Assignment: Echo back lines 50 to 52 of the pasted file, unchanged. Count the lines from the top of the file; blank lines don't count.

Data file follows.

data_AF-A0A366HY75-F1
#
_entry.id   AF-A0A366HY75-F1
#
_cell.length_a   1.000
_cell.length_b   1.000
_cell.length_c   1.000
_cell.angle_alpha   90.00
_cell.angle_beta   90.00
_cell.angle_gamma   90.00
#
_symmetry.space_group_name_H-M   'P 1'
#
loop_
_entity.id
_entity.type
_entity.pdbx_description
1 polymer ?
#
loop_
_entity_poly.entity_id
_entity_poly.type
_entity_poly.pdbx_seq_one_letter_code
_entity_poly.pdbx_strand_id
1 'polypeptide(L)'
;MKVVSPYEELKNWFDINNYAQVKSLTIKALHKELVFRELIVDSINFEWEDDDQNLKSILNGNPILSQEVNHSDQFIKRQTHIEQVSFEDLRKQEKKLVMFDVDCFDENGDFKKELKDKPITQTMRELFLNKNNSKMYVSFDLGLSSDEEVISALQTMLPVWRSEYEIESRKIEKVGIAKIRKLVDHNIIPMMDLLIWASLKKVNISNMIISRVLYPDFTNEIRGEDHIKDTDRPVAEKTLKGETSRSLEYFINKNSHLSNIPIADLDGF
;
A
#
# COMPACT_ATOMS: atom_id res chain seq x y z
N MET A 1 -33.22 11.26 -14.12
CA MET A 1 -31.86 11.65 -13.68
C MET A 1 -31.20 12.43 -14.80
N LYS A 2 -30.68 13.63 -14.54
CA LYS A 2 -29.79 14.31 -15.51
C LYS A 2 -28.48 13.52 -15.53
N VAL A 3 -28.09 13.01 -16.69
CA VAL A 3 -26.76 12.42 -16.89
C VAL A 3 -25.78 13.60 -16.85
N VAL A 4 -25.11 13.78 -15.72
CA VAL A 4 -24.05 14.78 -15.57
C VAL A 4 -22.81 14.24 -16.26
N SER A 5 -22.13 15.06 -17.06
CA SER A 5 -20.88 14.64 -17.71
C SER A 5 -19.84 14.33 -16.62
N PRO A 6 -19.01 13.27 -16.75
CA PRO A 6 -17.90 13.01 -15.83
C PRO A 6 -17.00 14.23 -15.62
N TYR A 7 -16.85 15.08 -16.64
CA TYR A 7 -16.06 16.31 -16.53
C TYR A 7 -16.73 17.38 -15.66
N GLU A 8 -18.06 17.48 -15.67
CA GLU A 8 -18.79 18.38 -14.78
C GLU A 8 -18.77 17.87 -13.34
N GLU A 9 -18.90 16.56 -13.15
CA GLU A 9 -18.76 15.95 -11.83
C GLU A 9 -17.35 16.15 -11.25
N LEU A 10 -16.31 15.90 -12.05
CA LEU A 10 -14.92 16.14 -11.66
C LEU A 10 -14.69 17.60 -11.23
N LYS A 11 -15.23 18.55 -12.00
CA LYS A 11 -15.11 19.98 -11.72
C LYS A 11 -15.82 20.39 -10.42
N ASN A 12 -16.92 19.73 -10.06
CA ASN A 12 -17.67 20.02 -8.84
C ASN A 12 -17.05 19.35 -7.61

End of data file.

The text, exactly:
CA TYR A 7 -16.06 16.31 -16.53
C TYR A 7 -16.73 17.38 -15.66
N GLU A 8 -18.06 17.48 -15.67